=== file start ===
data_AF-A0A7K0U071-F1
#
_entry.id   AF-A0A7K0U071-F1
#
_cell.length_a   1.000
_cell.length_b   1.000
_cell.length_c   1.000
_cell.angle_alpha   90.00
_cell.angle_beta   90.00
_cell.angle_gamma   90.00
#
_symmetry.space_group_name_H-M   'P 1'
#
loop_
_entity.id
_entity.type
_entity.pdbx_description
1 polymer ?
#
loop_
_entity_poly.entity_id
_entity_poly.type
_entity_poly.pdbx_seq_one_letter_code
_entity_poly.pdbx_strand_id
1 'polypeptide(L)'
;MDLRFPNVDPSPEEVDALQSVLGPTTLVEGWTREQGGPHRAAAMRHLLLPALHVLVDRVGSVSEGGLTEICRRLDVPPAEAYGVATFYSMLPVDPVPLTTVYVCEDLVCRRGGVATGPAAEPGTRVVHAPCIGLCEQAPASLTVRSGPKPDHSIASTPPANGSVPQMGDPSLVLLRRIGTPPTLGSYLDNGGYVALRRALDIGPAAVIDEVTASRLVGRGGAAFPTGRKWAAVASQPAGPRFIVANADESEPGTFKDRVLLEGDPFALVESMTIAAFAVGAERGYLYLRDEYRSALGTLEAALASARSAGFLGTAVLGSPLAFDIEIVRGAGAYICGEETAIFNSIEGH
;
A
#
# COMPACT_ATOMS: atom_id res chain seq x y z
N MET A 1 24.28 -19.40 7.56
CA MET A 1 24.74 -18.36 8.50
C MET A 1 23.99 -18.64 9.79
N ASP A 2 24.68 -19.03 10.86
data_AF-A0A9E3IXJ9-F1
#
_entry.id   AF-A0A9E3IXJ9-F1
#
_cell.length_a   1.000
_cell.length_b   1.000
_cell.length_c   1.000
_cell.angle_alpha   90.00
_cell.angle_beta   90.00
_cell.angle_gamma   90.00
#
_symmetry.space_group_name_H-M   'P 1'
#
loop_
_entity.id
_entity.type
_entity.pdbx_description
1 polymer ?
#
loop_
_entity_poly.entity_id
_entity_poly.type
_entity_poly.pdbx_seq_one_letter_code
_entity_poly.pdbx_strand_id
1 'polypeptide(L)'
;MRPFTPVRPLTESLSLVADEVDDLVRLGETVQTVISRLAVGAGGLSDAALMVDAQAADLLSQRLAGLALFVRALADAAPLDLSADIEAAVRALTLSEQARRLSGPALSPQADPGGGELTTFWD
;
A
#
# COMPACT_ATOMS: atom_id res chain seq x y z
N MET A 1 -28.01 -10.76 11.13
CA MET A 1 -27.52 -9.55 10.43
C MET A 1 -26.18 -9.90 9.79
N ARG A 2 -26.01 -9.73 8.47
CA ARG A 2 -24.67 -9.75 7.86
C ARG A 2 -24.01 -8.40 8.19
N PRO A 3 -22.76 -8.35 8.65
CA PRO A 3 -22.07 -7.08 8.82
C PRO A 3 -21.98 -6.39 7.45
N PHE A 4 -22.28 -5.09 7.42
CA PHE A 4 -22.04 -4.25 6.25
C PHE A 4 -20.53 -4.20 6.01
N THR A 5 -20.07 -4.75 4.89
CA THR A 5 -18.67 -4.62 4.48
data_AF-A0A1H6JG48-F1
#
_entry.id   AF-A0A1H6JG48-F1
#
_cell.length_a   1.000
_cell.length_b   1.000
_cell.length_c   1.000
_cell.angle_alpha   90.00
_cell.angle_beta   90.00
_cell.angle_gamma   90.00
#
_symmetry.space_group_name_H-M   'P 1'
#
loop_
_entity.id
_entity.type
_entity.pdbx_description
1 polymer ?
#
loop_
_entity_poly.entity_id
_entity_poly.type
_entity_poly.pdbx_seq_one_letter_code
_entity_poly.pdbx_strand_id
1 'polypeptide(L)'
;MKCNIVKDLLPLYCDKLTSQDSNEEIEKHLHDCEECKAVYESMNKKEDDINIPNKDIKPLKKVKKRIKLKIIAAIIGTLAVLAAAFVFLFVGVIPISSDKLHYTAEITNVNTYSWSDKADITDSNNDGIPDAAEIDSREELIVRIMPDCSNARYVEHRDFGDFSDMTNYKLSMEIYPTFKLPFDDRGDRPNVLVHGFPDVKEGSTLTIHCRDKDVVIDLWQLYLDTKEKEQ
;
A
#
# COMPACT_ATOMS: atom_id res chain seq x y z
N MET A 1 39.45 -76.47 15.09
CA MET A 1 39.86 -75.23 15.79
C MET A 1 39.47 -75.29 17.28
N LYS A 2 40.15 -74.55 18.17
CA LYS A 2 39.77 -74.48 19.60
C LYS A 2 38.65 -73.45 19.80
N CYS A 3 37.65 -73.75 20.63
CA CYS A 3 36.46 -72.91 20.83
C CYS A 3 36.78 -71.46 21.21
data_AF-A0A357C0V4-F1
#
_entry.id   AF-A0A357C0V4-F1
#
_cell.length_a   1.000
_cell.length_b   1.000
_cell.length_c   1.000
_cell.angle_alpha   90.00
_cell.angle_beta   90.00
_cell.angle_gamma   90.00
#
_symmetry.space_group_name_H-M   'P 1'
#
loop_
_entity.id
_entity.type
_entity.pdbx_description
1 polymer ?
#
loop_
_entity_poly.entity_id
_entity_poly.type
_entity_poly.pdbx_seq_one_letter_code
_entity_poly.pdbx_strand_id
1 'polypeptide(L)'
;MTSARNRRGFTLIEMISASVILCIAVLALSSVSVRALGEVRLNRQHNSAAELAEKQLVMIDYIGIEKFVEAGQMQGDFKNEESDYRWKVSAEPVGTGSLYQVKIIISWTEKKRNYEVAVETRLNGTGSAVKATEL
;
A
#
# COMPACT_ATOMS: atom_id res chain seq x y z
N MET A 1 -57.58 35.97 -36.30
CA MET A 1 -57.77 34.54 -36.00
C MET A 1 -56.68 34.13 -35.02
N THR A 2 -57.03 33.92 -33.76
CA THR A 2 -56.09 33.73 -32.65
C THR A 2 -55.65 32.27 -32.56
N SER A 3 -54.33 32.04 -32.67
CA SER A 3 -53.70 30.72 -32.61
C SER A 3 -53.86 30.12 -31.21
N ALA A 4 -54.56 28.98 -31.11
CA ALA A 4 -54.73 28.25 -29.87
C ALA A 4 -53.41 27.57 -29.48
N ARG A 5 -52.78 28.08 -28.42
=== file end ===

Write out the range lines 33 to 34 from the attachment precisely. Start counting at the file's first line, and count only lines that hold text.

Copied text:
C MET A 1 23.99 -18.64 9.79
N ASP A 2 24.68 -19.03 10.86